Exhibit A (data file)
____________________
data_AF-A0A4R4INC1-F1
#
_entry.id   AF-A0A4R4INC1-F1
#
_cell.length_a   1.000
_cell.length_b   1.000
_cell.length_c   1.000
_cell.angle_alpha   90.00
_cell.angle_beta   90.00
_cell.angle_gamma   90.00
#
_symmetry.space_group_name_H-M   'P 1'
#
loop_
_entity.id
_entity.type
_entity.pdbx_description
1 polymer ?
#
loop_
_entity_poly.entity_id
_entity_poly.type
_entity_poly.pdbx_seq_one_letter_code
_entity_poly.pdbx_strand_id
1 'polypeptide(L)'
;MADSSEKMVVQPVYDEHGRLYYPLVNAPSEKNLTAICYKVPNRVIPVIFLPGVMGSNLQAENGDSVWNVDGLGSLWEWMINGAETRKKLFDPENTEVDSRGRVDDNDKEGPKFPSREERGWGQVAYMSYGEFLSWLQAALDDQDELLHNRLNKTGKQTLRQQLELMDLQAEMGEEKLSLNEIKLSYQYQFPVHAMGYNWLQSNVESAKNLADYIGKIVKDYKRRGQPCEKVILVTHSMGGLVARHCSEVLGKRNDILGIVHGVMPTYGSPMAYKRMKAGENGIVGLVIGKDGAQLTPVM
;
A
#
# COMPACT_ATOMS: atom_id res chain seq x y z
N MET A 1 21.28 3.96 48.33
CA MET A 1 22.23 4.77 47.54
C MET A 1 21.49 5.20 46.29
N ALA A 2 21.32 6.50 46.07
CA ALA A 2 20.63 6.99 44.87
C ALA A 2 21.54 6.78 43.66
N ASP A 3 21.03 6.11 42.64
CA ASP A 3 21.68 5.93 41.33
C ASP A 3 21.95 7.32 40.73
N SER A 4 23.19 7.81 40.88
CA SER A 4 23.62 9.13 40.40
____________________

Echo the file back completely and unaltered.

data_AF-A0A4R4INC1-F1
#
_entry.id   AF-A0A4R4INC1-F1
#
_cell.length_a   1.000
_cell.length_b   1.000
_cell.length_c   1.000
_cell.angle_alpha   90.00
_cell.angle_beta   90.00
_cell.angle_gamma   90.00
#
_symmetry.space_group_name_H-M   'P 1'
#
loop_
_entity.id
_entity.type
_entity.pdbx_description
1 polymer ?
#
loop_
_entity_poly.entity_id
_entity_poly.type
_entity_poly.pdbx_seq_one_letter_code
_entity_poly.pdbx_strand_id
1 'polypeptide(L)'
;MADSSEKMVVQPVYDEHGRLYYPLVNAPSEKNLTAICYKVPNRVIPVIFLPGVMGSNLQAENGDSVWNVDGLGSLWEWMINGAETRKKLFDPENTEVDSRGRVDDNDKEGPKFPSREERGWGQVAYMSYGEFLSWLQAALDDQDELLHNRLNKTGKQTLRQQLELMDLQAEMGEEKLSLNEIKLSYQYQFPVHAMGYNWLQSNVESAKNLADYIGKIVKDYKRRGQPCEKVILVTHSMGGLVARHCSEVLGKRNDILGIVHGVMPTYGSPMAYKRMKAGENGIVGLVIGKDGAQLTPVM
;
A
#
# COMPACT_ATOMS: atom_id res chain seq x y z
N MET A 1 21.28 3.96 48.33
CA MET A 1 22.23 4.77 47.54
C MET A 1 21.49 5.20 46.29
N ALA A 2 21.32 6.50 46.07
CA ALA A 2 20.63 6.99 44.87
C ALA A 2 21.54 6.78 43.66
N ASP A 3 21.03 6.11 42.64
CA ASP A 3 21.68 5.93 41.33
C ASP A 3 21.95 7.32 40.73
N SER A 4 23.19 7.81 40.88
CA SER A 4 23.62 9.13 40.40